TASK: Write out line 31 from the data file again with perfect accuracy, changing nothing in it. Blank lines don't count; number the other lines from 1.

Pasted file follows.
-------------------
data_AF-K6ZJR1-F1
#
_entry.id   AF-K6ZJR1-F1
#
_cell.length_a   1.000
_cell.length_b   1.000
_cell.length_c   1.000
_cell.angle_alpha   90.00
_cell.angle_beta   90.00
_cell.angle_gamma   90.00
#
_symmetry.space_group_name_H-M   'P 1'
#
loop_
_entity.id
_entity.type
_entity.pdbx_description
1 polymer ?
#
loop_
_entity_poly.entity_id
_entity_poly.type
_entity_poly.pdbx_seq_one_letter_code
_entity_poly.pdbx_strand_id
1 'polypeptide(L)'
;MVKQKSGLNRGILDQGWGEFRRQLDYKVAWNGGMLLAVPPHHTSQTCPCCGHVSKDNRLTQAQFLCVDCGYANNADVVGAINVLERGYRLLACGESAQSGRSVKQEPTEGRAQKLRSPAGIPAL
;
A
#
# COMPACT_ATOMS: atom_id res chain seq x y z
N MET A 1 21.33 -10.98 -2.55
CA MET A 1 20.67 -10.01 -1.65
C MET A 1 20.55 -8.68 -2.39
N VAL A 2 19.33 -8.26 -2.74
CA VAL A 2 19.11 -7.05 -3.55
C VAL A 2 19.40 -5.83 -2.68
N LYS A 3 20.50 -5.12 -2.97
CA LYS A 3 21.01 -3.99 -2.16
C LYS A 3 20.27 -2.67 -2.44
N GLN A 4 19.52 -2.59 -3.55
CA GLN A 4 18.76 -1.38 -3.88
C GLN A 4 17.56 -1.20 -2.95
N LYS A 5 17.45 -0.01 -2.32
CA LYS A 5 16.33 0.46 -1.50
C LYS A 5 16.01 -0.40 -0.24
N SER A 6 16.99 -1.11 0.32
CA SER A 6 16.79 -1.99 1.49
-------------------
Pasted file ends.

N MET A 1 21.33 -10.98 -2.55